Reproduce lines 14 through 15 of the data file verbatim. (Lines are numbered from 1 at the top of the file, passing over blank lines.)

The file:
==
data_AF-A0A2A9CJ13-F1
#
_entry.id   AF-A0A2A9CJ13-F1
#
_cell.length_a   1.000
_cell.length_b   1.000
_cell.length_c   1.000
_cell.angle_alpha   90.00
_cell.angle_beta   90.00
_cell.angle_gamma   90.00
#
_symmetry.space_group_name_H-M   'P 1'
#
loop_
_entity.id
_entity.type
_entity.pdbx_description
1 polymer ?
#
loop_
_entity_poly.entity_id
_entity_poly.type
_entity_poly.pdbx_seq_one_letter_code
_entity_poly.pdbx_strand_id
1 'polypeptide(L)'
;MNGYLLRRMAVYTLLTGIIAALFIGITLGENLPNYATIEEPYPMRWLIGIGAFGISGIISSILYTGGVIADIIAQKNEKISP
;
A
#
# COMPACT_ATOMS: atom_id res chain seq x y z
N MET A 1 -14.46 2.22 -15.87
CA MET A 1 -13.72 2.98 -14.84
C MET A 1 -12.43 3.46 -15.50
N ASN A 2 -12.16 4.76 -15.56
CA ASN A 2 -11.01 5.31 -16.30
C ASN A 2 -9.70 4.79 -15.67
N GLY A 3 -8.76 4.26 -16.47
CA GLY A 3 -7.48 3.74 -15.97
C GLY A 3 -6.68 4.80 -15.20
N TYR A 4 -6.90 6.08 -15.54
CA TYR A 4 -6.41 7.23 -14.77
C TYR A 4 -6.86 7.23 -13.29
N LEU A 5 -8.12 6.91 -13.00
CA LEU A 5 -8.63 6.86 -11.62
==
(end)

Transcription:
loop_
_entity.id